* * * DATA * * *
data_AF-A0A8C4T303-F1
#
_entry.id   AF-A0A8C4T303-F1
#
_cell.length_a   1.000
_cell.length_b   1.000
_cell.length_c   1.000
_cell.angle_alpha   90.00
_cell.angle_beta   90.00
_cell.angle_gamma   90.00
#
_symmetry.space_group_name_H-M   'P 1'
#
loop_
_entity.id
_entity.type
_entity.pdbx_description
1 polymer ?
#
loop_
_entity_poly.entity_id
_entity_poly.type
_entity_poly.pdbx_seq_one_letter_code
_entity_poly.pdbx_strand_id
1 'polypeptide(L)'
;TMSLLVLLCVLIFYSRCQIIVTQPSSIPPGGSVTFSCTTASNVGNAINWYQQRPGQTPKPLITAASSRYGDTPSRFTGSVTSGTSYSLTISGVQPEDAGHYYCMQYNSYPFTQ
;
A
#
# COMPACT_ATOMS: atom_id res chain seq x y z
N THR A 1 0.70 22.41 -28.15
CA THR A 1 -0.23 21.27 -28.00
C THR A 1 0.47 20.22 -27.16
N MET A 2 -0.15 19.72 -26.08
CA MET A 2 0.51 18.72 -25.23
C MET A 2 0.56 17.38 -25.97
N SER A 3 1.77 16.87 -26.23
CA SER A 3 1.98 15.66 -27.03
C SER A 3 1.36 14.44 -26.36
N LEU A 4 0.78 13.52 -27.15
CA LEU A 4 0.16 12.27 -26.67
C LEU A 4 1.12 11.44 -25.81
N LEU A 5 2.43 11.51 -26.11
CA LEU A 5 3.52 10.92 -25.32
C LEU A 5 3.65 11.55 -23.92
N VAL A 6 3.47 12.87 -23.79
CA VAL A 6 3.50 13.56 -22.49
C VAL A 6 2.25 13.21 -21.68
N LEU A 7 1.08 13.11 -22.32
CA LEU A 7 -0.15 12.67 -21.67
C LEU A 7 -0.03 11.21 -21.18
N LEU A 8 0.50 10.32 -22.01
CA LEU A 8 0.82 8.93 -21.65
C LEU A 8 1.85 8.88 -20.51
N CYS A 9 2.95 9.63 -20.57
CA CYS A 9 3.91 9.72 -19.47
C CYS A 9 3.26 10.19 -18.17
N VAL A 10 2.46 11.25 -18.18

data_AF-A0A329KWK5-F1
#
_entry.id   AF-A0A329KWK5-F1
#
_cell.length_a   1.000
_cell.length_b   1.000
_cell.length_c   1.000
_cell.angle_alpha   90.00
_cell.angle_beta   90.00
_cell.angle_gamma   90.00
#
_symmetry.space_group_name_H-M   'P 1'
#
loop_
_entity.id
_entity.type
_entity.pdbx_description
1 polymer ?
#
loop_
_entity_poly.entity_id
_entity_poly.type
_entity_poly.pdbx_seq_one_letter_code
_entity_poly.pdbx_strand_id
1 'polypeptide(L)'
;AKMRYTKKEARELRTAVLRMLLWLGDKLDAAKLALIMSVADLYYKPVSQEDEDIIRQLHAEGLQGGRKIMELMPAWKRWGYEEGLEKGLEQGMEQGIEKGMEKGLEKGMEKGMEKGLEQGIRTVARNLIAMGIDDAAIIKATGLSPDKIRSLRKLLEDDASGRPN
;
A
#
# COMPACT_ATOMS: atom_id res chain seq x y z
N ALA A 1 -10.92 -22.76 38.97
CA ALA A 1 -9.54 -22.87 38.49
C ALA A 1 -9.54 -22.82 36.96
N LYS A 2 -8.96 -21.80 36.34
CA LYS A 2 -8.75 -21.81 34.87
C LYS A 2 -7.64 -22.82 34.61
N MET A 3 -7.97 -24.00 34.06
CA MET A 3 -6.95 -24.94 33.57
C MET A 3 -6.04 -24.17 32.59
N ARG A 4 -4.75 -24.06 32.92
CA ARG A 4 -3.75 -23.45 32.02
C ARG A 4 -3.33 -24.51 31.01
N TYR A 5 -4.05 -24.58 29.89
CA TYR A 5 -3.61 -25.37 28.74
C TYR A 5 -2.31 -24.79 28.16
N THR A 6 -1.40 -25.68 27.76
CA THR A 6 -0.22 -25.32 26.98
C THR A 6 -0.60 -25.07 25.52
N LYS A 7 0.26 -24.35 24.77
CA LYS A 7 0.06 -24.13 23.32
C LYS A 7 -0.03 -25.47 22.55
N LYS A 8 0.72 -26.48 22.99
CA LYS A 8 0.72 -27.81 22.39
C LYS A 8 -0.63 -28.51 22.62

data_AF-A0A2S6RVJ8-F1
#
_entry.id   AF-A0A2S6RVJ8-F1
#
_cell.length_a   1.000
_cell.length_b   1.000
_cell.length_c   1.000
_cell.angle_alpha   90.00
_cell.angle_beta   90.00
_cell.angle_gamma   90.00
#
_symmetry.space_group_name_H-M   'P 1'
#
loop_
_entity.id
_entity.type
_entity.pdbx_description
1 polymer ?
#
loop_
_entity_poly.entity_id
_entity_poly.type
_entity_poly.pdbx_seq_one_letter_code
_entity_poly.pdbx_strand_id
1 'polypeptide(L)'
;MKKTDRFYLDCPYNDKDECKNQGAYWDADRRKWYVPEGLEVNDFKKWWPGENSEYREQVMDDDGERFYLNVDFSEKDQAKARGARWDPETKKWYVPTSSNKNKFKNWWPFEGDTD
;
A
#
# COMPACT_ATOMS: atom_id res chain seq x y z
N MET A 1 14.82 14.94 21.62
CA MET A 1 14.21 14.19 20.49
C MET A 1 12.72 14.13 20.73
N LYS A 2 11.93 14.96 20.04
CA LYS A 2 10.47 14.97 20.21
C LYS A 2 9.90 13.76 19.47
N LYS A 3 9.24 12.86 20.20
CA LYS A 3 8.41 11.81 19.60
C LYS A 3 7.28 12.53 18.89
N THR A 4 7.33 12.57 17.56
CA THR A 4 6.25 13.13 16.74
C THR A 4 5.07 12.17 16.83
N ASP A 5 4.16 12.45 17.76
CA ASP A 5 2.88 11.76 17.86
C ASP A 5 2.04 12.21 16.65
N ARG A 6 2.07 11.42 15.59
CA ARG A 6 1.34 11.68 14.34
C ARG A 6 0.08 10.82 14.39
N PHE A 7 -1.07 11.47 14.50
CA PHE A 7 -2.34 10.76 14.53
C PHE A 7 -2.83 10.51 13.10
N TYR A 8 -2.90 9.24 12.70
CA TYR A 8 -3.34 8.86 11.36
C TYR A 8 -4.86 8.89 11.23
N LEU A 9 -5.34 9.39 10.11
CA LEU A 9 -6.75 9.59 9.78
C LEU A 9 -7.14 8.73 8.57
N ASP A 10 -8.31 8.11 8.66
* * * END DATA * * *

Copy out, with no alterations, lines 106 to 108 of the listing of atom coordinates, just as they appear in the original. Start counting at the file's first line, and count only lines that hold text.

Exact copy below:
C THR A 6 -0.60 -25.07 25.52
N LYS A 7 0.26 -24.35 24.77
CA LYS A 7 0.06 -24.13 23.32